Unfortunately, neither the Peace Corps nor the aid programs made much of an impact on poverty. Most of the aid money went to the Third World's corrupt governments and disappeared into numbered bank accounts. The rest of it built flashy but unnecessary public works projects such as the customary superhighway from the capital to the president's hometown.
Former Ford Motor Company President, "whiz kid," and U.S. Secretary of Defense Robert McNamara became head of the World Bank and shifted the organization's focus away from infrastructure investment toward "basic human needs." His intent was to attack Third World poverty at its roots, but the effect of his actions was to put the bank's billions into back-country "investments" where they couldn't possibly jump-start any sustainable trend toward real economic growth.
In addition, much of the world saw communism as a shortcut to egalitarian prosperity for all. The ideal, "From each according to his abilities, to each according to his needs" sounded wonderful. But we soon found that we could not share something that had not been produced, and communism was very poor at producing anything besides weapons. Worse, what little got produced for domestic consumption wound up in the control of the most bloodthirsty set of bureaucrats since Genghis Khan.
When Deng Xiao-Ping took control of the Chinese Communist government in 1978, two-hundred-million Chinese people were not even getting enough food to sustain their bodies. More than thirty million Chinese starved in the 1959-61 famine brought on by Chairman Mao's disastrous effort to impose communal farming. (After 1978, Deng gave the farmland back to families-along with chemical fertilizer-and farm output doubled in seven years.)
The Communist shortcut to "equal prosperity for all" cost more than fifty million lives in the communist countries alone. It also cost trillions of dollars in Cold War weapons spending and established the worst record of environmental pollution the world has ever seen.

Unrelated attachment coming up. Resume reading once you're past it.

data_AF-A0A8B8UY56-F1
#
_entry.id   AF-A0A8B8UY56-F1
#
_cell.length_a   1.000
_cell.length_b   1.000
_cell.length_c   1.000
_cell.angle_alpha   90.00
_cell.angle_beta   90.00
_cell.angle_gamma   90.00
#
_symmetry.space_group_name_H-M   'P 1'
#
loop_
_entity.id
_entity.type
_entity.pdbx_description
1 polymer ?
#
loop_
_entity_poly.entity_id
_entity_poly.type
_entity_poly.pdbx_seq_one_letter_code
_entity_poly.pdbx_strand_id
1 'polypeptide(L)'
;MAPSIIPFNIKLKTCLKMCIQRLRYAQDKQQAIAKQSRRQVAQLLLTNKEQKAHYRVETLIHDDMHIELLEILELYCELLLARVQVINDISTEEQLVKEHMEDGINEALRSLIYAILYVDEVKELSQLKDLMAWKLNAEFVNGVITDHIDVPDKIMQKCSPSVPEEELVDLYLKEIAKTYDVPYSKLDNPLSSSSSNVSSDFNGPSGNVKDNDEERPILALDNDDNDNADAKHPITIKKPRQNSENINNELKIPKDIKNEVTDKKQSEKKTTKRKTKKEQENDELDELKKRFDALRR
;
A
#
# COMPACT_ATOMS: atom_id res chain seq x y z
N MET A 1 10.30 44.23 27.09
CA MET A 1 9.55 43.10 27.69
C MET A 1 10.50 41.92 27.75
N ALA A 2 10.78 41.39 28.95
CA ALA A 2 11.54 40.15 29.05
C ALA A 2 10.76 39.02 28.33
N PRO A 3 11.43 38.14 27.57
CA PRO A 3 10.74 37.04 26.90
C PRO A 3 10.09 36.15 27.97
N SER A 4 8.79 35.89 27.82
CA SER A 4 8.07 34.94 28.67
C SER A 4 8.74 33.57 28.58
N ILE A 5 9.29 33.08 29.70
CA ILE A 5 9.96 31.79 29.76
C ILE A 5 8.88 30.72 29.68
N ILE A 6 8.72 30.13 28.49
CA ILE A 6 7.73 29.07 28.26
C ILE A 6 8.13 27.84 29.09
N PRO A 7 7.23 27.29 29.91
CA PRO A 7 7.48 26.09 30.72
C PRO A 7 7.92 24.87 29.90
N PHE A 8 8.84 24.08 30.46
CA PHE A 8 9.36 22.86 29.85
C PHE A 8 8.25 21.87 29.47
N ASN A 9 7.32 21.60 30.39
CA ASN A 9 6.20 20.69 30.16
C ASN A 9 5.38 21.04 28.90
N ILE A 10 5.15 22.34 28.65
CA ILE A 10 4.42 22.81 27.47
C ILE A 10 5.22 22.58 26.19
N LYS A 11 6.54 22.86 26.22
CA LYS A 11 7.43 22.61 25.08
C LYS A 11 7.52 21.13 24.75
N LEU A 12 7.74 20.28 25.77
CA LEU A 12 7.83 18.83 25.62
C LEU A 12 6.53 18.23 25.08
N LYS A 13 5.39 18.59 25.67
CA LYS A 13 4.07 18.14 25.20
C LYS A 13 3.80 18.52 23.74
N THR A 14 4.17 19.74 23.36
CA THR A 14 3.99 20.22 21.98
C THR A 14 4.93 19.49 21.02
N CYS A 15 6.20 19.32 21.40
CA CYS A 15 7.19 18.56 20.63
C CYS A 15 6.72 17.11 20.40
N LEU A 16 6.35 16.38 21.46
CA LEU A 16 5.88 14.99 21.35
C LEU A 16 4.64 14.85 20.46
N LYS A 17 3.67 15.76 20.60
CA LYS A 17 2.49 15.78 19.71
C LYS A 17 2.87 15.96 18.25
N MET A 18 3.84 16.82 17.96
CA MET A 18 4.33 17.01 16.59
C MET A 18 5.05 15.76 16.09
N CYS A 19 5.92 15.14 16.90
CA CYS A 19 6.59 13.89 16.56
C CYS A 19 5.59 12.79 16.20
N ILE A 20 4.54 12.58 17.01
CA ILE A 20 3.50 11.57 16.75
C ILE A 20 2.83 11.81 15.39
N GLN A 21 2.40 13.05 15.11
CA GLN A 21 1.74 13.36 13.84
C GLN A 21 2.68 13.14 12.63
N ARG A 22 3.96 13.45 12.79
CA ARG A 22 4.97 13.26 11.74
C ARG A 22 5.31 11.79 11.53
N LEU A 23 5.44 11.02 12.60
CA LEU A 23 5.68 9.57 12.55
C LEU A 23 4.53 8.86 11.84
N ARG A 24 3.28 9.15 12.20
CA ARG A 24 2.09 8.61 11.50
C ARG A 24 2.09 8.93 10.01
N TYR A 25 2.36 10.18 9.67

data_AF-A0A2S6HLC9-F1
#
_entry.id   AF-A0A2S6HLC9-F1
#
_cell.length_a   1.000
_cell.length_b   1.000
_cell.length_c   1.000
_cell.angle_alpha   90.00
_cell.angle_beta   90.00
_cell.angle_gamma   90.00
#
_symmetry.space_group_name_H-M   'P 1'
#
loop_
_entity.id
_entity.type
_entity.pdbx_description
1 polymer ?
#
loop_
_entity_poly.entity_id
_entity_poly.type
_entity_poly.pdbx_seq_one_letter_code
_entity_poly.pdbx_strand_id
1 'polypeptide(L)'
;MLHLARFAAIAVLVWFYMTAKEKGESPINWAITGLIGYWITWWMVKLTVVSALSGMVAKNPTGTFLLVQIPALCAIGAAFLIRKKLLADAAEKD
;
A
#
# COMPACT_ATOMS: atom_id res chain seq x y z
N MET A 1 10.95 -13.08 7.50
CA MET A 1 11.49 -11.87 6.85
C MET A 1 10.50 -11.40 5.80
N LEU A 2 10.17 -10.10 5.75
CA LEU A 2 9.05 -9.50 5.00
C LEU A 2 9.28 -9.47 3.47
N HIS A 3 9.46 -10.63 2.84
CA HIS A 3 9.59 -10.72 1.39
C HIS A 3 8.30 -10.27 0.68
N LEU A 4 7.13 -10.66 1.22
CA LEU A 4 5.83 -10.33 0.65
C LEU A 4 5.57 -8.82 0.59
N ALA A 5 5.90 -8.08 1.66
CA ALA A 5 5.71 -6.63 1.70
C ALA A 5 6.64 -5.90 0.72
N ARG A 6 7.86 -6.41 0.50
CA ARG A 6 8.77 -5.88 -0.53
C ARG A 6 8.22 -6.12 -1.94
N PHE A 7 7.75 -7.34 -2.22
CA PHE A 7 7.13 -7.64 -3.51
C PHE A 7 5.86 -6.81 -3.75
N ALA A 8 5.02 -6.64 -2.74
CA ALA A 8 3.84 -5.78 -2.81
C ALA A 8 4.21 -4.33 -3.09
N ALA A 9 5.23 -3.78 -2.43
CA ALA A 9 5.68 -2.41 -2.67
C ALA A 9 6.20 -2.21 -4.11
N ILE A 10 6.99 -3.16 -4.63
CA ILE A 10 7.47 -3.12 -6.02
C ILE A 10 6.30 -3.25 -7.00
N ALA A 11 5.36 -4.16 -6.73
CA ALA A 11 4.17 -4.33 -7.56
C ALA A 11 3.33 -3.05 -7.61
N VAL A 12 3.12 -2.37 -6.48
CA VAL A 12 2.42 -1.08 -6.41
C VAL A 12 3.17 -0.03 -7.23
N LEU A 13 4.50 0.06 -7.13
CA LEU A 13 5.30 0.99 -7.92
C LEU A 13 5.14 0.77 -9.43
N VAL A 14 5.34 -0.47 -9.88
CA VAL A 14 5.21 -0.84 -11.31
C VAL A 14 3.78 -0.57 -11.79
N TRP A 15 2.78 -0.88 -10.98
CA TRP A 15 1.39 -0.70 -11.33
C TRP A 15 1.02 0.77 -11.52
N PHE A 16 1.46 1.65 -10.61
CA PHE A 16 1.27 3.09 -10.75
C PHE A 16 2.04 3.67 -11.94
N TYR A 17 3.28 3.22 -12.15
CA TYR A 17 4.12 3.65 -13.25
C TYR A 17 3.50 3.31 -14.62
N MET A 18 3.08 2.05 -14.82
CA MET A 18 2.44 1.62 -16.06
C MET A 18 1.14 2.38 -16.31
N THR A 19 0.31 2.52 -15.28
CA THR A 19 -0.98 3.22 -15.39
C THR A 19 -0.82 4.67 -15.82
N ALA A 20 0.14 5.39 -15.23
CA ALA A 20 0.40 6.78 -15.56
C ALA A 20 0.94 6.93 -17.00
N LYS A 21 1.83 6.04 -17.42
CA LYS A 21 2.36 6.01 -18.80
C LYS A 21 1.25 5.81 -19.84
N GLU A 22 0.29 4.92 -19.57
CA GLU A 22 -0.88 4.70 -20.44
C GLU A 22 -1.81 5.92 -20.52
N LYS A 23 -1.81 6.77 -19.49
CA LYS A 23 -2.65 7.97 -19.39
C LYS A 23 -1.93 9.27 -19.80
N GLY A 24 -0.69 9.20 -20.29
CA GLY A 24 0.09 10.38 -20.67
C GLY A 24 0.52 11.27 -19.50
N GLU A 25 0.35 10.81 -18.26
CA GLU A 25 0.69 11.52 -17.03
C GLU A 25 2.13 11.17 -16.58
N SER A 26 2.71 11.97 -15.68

The "Third Way"
The "Third Way"-the protected markets of European socialism-has also failed to generate jobs and affluence. In Europe, these policies have created virtually no new nongovernment jobs in the past thirty years. The jobs Europe has pay well, but fully one-fourth of Europe's young men under twenty-five are either unemployed, enrolled in government-sponsored "apprenticeships," or stashed in universities with student stipends. Frighteningly large numbers of these young people have never had a real job and never expect to hold one.
Nor has European-style socialism generated much Third World prosperity when adopted in developing nations. India, an ardent acolyte and advocate of this approach, has been noteworthy for an economic growth rate about half as high as that of the more market-oriented Asian Tigers. This "Hindu rate of growth" barely kept ahead of India's population growth. India's auto industry is still turning out the equivalent of the 1957 Morris Minor-because the nation's noncompetitive market has given producers no incentive to update technology.